- In 2020, Garmin's 2020 cyber-attack that cost the firm a whopping $10 million
- 2020 Cyberattack on CTW Global that cost $4.5 million
Why Smaller Organizations Lag Behind
Smaller organizations, just like their larger counterparts, are also at risk. However, most large enterprises have fully accepted and embraced the threats. They've set aside a budget and have a dedicated team of experts to focus on the issue. On the other hand, small businesses lag behind. Small enterprises often lack sufficient funds to continually upgrade technology. In addition, the cost of hiring staff whose role is to monitor any threats specifically may be a bit excessive for a small business.
Historically, reports focus on big enterprises. But data from Forbes shows that, in 2021, cyberattacks on small and medium-size businesses was 43% of the total. This is a pretty large number considering the smaller proportion it accounts for in the total market. Further analysis indicates that attackers prey on small businesses because of their laxity in implementing highly effective systems. Only 14% of the small enterprises have invested in top-notch security systems. The cyberattacks come in denial of service (DDoS), phishing, malware, Trojan, and man-in-the-middle.
Many small organizations believe that the losses will be minimal, and therefore only invest in the basic minimum. However, cyberattacks are not only about money lost. Exposing customers/clients' confidential and private information leads to a breach of trust. Many will leave the service provider for another, more reliable competitor.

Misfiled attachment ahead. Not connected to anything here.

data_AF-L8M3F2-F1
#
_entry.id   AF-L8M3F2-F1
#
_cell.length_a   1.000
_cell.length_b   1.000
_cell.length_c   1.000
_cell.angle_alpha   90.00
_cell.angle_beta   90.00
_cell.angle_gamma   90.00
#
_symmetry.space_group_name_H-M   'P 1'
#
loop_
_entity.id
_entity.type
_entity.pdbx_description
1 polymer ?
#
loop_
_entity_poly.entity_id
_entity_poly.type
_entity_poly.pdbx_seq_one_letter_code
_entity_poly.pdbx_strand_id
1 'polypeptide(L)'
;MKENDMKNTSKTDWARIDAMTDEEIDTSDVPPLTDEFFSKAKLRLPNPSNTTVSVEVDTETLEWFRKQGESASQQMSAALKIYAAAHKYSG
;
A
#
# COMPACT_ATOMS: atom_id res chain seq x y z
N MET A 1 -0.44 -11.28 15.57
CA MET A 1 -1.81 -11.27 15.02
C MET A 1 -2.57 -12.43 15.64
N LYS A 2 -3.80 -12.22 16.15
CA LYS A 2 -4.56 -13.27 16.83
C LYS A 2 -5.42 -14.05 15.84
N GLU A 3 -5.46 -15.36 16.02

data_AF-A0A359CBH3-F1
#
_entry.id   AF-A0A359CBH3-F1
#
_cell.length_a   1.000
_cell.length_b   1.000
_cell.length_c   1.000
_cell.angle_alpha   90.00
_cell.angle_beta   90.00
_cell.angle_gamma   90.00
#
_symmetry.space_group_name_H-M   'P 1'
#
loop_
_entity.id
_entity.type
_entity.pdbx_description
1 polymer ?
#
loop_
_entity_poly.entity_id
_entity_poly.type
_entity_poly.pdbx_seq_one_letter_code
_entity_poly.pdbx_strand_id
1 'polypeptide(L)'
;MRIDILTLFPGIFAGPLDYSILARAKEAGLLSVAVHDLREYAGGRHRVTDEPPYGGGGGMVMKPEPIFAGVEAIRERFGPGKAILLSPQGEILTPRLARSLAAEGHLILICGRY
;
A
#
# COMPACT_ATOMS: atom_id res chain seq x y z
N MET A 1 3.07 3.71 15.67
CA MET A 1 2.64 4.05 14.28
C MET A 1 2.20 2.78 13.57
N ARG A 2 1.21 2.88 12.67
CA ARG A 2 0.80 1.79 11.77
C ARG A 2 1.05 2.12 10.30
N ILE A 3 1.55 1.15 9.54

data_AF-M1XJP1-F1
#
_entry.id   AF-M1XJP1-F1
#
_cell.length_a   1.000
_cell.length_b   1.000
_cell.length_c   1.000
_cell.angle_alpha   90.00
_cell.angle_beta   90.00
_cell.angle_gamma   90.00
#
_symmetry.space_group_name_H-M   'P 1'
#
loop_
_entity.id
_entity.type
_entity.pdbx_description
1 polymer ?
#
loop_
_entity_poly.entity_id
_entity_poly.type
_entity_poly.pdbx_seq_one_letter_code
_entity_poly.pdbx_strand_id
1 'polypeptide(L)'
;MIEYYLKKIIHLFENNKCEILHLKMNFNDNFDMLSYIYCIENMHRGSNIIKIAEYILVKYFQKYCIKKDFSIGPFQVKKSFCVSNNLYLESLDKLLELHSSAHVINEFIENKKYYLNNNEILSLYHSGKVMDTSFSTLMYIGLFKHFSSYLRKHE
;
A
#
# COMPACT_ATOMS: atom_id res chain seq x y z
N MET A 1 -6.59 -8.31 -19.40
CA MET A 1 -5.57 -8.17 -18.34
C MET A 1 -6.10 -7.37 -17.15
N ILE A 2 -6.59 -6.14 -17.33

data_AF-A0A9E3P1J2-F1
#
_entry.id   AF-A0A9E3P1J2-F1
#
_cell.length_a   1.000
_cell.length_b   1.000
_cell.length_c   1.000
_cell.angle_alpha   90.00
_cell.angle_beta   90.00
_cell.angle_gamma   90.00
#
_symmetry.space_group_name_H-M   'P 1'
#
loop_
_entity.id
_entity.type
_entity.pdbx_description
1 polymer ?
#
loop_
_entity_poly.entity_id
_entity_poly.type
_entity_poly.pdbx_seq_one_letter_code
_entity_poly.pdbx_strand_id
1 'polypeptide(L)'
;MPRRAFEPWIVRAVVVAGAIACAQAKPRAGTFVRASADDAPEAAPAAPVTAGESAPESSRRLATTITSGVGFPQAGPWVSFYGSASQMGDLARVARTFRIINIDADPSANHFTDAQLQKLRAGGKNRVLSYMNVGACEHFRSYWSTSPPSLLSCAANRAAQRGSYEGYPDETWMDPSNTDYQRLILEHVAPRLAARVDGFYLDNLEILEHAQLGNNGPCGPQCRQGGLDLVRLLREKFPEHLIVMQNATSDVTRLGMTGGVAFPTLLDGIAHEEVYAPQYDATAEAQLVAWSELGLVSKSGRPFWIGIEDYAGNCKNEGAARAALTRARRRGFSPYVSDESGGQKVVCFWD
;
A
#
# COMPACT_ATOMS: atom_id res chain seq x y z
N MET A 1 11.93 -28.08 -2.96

One example of cyberattacks tainting the image of a company took place when customer accounts on Friend Finder, a leading online dating service, were breached, affecting up to 412 million users. Due to this, many opted for its competitors. Small businesses that store customer information as part of their business are always under threat.
Cyber threats will only continue to rise as our world becomes more connected, with most experts saying the U.S. is either just as vulnerable to cyberattacks or even more vulnerable today than it was five years ago. Hackers have also discovered that many small businesses have yet to take cybersecurity seriously, thus providing a good opportunity to attack. Most smaller businesses have yet to adopt any preventative strategies or have put weak mechanisms in place. In fact, just 5% of small business owners report cybersecurity to be the biggest risk to their business right now, according to a recent CNBC Small Business Survey.
For small businesses to truly prepare, they need to take more concrete steps to implement a cybersecurity strategy that includes things like installing antivirus or malware software and a virtual private network (VPN), strengthening passwords, backing up files, enabling automatic software updates and multi-factor authentication.
While these basic cybersecurity steps may seem like a no-brainer, they are costly to small businesses. However, failing to take cyber threats seriously puts both your bottom line and reputation at risk.